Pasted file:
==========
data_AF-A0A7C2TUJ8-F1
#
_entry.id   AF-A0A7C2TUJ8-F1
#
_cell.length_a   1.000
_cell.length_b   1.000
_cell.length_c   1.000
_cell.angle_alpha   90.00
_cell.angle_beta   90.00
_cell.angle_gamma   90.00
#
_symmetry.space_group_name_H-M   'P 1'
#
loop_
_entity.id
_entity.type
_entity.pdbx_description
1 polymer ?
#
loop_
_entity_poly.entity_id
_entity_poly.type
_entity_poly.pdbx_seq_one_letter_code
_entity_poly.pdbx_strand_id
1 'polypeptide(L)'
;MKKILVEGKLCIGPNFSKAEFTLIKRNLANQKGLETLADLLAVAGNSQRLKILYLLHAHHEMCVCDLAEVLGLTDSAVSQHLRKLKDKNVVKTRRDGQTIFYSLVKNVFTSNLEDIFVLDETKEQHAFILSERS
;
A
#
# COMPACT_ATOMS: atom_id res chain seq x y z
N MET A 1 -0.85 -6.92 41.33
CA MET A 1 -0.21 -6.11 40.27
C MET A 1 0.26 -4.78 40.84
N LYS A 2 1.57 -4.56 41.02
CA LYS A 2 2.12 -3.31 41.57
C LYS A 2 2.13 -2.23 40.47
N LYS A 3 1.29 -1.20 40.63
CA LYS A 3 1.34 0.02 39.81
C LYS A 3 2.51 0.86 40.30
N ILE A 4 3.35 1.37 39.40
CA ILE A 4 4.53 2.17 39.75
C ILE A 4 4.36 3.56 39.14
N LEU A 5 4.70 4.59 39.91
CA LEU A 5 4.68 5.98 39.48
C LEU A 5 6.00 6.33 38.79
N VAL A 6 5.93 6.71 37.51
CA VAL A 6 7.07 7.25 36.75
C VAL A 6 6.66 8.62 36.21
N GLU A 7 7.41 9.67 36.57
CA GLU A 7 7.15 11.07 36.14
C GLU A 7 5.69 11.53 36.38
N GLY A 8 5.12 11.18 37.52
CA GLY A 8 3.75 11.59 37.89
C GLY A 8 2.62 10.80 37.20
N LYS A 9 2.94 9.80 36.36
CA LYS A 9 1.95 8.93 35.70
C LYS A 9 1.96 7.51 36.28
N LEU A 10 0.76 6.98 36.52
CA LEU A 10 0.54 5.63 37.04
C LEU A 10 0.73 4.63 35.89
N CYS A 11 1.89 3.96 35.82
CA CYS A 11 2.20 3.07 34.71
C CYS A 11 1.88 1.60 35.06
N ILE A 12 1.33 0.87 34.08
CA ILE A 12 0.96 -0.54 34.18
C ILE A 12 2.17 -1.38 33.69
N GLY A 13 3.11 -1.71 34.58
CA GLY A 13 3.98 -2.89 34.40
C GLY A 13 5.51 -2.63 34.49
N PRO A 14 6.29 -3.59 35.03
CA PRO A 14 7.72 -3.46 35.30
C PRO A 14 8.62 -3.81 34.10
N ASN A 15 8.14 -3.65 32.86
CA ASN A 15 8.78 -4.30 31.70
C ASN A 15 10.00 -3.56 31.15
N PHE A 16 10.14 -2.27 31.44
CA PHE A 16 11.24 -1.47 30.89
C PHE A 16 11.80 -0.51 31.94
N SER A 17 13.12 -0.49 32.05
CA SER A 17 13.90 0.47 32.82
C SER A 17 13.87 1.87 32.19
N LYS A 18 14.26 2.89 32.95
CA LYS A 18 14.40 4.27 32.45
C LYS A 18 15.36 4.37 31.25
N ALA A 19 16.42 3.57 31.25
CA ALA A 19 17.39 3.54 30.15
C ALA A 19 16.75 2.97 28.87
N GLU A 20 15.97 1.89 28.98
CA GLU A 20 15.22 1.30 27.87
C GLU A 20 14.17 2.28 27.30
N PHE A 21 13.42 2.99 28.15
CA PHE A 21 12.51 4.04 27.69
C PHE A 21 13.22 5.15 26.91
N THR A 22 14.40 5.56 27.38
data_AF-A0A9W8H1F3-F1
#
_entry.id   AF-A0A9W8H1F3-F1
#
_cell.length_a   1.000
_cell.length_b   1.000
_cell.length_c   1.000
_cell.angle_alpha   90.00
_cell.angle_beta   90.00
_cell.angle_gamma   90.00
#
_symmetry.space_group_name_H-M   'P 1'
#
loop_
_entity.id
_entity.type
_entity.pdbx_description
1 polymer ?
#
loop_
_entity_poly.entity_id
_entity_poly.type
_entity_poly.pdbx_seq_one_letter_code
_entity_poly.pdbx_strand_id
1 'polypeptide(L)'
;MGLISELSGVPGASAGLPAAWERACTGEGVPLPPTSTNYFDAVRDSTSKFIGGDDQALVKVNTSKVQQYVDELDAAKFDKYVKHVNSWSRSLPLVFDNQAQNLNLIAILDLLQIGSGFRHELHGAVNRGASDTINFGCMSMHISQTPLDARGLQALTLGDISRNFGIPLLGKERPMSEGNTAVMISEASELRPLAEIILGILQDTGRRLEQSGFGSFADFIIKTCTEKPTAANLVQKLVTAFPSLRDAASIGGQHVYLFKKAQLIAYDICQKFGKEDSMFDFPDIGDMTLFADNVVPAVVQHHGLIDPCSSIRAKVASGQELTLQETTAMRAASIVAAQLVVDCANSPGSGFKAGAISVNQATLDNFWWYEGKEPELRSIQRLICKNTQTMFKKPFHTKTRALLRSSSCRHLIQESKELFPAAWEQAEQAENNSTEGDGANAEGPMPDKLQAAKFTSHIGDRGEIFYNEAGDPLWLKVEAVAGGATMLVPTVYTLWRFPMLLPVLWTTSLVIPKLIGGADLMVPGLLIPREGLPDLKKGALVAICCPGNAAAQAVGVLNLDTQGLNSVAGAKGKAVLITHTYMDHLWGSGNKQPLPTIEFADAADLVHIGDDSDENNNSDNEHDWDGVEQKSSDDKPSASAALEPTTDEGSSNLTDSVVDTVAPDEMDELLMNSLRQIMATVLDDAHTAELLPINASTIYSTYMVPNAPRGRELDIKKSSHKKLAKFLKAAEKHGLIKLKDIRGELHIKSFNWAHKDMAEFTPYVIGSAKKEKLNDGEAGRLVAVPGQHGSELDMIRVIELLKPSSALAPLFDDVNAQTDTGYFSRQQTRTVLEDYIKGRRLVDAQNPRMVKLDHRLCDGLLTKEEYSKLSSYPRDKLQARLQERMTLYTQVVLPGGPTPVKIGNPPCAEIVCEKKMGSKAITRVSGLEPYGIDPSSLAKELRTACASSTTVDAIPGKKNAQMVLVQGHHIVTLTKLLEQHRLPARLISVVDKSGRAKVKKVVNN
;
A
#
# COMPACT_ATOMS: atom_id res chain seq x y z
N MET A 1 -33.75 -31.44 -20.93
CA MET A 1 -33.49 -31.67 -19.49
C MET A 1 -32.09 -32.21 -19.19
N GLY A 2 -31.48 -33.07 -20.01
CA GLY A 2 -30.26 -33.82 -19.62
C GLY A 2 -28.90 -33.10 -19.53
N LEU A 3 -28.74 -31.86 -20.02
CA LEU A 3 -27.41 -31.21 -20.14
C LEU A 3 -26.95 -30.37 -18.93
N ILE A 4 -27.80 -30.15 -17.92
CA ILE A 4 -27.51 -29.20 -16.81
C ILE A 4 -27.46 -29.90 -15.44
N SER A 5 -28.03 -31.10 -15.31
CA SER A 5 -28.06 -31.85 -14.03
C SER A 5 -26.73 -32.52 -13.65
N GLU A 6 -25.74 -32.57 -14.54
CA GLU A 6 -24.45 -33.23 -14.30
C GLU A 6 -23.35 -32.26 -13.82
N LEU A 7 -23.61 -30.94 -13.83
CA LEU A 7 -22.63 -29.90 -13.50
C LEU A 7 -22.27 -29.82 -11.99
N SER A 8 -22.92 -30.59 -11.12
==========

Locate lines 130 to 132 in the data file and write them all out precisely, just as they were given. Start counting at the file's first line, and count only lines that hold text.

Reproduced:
C GLY A 2 -28.90 -33.10 -19.53
N LEU A 3 -28.74 -31.86 -20.02
CA LEU A 3 -27.41 -31.21 -20.14